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A Trip to Liechtenstein and Austria

I am a big fan of budget travel. Apart from meeting new people, you also travel cheap. Having undertaken a number of such trips since I came to the Netherlands about eighteen months ago, I grabbed the opportunity with both hands when one of the student trips organization announced an excursion to Vaduz and Innsbruck.

A view of Vaduz from the hilltop


To those who are not aware of Vaduz, it is the capital of Liechtenstein-the sixth smallest country in the world. Starting from Utrecht in the heart of the Netherlands on a cold evening, about eighty people (some students, some expats) arrived in Vaduz the next morning. We were immediately captivated by the place-the hills, the signs in German and not a soul out on the streets. Coming from India and living in the Netherlands (two of the most densely populated countries in the world), you become accustomed to seeing people wherever you go. But not in Vaduz. However, we were told that while the shops would open much later, the tourist information center would open before time for us. After a quick snack, we went about exploring the city.

Some landmarks in Vaduz

Since this was a one-day trip and we had to reach Austria around lunchtime, we had about two hours to see what the city had to offer. One of the most remarkable sites of the city is the Vaduz Castle-home of the Prince. Sitting on top of a hill, it is visible from anywhere in the city and is like a symbolic watchtower-with the Prince watching over the city’s inhabitants and acting like a guardian angel. Since the city center would be deserted in the early morning, we decided to climb the hill and see the castle. A road near the parking depot led to the path towards our destination. After walking for about 20 minutes, we reached the castle. Made of stone, it is a site to behold. Although not very big, it is still very impressive. One of the lucky members of the group even managed to meet the Prince.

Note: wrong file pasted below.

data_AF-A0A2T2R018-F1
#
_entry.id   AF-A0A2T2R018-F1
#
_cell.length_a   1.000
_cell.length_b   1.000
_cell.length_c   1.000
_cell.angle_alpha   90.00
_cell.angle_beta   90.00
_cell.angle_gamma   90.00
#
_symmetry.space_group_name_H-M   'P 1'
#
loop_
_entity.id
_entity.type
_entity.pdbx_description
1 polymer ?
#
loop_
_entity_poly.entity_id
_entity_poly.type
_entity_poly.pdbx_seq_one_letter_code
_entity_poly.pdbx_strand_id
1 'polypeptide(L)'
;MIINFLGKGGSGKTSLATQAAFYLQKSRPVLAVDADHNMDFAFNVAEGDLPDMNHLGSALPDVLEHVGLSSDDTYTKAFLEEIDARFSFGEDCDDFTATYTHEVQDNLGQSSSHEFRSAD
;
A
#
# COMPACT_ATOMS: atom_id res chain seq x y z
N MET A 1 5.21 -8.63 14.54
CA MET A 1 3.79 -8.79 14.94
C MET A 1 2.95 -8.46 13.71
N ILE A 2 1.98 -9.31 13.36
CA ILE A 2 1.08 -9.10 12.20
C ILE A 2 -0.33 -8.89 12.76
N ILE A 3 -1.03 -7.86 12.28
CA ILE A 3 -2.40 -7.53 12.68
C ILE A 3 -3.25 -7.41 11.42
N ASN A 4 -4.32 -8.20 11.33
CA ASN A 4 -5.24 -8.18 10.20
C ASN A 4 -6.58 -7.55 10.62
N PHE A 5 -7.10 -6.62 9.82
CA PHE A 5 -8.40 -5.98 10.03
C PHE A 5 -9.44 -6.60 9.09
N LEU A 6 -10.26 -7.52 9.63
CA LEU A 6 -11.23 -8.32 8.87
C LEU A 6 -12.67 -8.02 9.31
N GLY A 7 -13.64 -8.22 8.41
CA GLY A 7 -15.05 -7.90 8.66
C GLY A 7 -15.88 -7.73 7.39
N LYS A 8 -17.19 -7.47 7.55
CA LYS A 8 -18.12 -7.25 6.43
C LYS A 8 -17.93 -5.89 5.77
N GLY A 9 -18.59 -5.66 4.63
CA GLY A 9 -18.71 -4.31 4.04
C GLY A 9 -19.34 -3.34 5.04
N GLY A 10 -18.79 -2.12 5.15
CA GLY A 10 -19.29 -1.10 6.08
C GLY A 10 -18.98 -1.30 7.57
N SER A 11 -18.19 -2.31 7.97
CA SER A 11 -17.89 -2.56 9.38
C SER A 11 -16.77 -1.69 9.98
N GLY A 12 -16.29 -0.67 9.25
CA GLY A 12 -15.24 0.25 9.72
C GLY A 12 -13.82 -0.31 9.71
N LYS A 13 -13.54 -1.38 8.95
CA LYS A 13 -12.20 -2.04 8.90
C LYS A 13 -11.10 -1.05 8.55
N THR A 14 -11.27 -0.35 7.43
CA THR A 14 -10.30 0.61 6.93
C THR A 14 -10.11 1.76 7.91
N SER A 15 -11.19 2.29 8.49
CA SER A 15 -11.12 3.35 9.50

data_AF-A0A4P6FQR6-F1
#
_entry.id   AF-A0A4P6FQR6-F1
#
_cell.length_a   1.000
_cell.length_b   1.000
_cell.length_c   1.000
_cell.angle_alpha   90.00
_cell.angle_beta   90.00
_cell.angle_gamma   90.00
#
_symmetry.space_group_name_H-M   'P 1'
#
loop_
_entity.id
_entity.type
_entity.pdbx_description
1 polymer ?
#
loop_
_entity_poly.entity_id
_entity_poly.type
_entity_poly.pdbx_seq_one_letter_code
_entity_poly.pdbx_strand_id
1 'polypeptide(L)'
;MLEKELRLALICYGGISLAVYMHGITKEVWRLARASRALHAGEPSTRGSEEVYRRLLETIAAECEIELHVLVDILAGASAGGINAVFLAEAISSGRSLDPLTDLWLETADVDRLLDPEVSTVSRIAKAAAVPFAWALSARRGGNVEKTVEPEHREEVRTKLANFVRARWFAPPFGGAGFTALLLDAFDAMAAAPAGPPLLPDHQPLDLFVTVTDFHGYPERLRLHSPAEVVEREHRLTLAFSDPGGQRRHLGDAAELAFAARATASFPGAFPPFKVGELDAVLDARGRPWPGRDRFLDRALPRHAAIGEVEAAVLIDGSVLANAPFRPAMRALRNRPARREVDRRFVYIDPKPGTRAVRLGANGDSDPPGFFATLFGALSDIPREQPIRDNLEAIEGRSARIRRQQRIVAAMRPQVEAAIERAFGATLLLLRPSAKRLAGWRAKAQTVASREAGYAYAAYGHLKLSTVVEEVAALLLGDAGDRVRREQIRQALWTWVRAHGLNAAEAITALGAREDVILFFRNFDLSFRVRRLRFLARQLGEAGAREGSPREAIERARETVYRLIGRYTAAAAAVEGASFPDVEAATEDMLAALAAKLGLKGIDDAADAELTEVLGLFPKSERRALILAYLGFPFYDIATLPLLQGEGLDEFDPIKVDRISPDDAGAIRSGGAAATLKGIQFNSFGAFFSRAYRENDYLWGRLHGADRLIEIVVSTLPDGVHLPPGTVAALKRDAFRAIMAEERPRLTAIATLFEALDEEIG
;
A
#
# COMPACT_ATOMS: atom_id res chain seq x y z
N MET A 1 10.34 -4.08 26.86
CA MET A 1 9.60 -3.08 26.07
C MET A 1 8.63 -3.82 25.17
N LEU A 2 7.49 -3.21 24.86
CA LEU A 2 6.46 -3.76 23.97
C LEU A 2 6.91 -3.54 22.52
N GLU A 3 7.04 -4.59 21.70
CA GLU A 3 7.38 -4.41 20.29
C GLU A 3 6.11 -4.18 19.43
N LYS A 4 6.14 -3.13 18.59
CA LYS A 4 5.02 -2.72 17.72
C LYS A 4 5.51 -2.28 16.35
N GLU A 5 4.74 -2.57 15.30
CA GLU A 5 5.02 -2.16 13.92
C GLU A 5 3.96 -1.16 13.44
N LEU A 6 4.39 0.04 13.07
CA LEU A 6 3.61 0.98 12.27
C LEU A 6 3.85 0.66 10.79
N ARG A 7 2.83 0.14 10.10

Vaduz Castle

After seeing our share of the castle, we headed back down towards the main street. Here, the tourist information center, the museum, parliament and the main church are all in the same line, with the garden in front of them. The four most important buildings on one street gave us an idea of the size of this city. Especially for me, coming from a big city in India where travelling from one end to the other takes about three hours, it was a bit surprising to see that entire city could be crossed in about fifteen minutes. With our time in Vaduz over, we headed towards Innsbruck in Austria.

Inn river flowing through Innsbruck

Innsbruck (the name meaning Inn bridge in German) is a popular winter sports destination of the country. Located in the state of Tyrol, I was immediately struck as to how similar the city looked to the hill stations like Manali in India, with a rapidly flowing river fed by the melting glaciers amidst snow covered peaks. Since we were about a month away from Christmas, there were Christmas markets all around the city-in total six of them. We went about these markets, trying out the local delicacies, especially “Currywurst met pommes” (Sausages in curry with French fries) and Gluhwein (hot wine mixed with honey and spices).

Apart from all the Christmas festivities, Innsbruck also has a lot of cultural history. We visited one of its most famous landmarks-Goldenes Dachl, loosely translated as the Golden Roof. In ancient times, the Emperor of the land could watch tournaments and other performances going on in the square below from his position. We were lucky to witness a performance of an orchestra from this roof while doing some Christmas shopping.

Goldenes Dach or Golden Roof in Innsbruck

All things must come to an end, and this happened with us too. Soon we realized that it was time to leave and go back to our hectic lives in the Netherlands. All in all, it was a good trip and one that we all deserved given the amount of work we had put in the last few months.


I am a researcher by day and an avid reader at night. Interested in short stories, travelling and classical music.

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